Working with premature babies, Chantal Lau, a neonatology professor at Baylor College of Medicine in Houston knew that many ‘preemies’ must be fed by tube until their oral feeding skills are developed enough so they can go home. But to date, it is not well understood how and when ‘preemies’ develop these crucial feeding skills.
Considering that costs of neonatal care approach $4,000 per day just for nursing care, Lau sought a solution. Under her New Mexico startup company, PediBioMetrix, she crafted an oral motor kinetic monitoring (OMK) system using a baby bottle, sensors, and tubing. This system, which detects preemies’ sucking, swallowing, and breathing events, assists in identifying causes for these infants’ difficulties. But though interest was high, her OMK system was too complicated and labor-intensive for nurses to replicate.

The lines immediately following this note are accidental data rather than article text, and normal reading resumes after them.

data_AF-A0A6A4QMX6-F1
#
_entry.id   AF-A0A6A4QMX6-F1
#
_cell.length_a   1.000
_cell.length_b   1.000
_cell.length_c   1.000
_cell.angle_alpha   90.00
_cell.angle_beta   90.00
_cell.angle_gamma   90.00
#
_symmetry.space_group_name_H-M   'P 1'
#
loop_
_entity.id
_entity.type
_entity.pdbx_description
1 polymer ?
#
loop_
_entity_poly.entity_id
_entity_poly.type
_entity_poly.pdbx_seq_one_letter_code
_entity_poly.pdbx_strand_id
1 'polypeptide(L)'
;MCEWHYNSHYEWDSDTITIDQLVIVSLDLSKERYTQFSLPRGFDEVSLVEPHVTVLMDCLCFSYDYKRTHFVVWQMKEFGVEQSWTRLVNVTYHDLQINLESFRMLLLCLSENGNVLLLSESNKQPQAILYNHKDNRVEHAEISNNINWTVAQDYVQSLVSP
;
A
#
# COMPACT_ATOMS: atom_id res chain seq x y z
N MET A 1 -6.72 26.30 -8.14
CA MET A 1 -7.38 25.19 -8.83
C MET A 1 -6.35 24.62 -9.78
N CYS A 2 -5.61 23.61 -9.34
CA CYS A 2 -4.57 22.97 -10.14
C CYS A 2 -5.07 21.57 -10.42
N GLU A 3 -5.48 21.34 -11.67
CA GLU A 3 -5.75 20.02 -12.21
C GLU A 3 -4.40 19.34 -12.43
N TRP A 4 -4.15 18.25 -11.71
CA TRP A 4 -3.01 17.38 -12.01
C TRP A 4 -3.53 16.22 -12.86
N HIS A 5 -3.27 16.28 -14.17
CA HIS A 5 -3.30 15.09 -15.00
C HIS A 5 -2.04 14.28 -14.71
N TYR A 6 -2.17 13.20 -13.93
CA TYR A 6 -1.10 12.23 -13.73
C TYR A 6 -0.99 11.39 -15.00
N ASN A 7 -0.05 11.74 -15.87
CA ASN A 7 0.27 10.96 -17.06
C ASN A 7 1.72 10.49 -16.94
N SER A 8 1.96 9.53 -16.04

Through the NMSBA Program, Lau worked with James Watts and Larry Bronisz of LANL. The two engineers found lower-cost, readily available sensors that reliably monitor an infant’s feeding events. The simplified sensors will allow Lau to decrease product development costs and move much closer to commercializing her OMK system to meet this growing health demand in neonatal intensive care units.